Once you decide to adopt, you may be so over the moon with joy that you want to share your decision with friends and family. In your exuberance, you may not even pause to think about what their reaction will be.
Unfortunately, the process isn't what you expect.
For numerous reasons, some friends and family members may be less than excited about your adoption decision. In many cases, this is coming from a place of love. They may be concerned about how the process will affect you emotionally or anxious about you getting your heart broken if the adoption falls through.
Others times, loved ones can be startling insensitive, especially if you plan to be a single parent, are a same-sex couple or want to adopt a child from a different race or culture.
Your loved ones are looking out for you, but in the end, this is a personal decision that can only be made by you and your partner. You can take the advice of your friends and family into consideration, of course, but they shouldn’t influence your choice.
It can help to broach the subject with positivity. Here are some tips:
Address their concerns:
If your friends and family worried about the process, listen to what they have to say. Repeat their issues back them so you make sure you understand where they are coming from. Nothing makes a tense situation even worse than a simple misunderstanding.
Their heart may be in the right place even if you disagree with what they are saying. If you are planning on an adoption that involves a child of a different race, for example, don’t take your parents’ fears as a sign that they won’t accept your child or love her as much as their other grandchildren. Maybe mom and dad are simply nervous about the way strangers will react to your family or perhaps they are concerned about the extra expenses you’ll be taking on and don’t want to see you struggle to make ends meet. Don't forget that adopting an inter-racial child almost always turns out to be an amazingly wise decision!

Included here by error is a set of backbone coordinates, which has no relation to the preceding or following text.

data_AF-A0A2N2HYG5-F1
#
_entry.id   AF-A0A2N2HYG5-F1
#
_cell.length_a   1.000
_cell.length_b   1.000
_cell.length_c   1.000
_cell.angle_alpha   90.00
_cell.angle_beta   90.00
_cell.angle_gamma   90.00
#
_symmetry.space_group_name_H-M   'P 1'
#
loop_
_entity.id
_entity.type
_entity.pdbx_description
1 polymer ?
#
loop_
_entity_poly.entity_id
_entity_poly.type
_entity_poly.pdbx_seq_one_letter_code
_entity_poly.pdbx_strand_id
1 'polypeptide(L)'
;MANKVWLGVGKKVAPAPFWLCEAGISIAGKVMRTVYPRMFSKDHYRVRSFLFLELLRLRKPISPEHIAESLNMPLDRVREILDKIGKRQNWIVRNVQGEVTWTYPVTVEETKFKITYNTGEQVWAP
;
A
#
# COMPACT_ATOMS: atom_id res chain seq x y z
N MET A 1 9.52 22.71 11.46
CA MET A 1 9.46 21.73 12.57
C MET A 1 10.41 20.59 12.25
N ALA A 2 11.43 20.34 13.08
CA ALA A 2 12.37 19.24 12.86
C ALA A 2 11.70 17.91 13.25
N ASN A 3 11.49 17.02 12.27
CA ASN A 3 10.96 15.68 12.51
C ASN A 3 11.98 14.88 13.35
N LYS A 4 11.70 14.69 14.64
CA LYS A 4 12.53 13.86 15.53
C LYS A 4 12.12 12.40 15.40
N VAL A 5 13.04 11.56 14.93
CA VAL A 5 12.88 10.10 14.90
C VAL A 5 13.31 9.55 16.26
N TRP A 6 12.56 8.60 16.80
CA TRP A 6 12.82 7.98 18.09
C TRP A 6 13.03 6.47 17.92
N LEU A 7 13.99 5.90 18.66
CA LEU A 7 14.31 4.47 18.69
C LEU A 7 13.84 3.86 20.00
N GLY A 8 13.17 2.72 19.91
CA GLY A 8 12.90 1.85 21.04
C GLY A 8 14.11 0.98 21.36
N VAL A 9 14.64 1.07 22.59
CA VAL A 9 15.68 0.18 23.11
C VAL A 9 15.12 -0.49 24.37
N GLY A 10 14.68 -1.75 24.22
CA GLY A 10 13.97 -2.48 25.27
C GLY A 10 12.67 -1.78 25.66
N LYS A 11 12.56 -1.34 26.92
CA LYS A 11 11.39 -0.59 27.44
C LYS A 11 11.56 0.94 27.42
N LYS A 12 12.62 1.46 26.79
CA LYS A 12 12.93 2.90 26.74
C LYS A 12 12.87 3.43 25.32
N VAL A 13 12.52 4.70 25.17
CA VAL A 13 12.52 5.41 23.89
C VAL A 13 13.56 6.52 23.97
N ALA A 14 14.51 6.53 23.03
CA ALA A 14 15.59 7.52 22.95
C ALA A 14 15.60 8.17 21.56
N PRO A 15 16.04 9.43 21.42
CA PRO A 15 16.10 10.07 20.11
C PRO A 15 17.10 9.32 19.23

Talk it out and explain your level of love and awareness.
Keep in mind that while you’ve already completed a ton of research and talked with professionals about adoption, you friends and family are approaching the issue fresh. If they do not have any prior experience with adoption, their first instinct might be to congratulate you cautiously.
Don’t let this bother you. They may be reacting to sad stories they’ve seen in the news about how challenging adoption can be or how a birth mother made the adopting parents lives more difficult. Instead, help educate them about the adoption process. Share with them what you have learned and offer to answer any questions.
Spread the joy. Whatever happens, let them know that this is your decision and you’re comfortable with it and overjoyed by the upcoming addition to your family!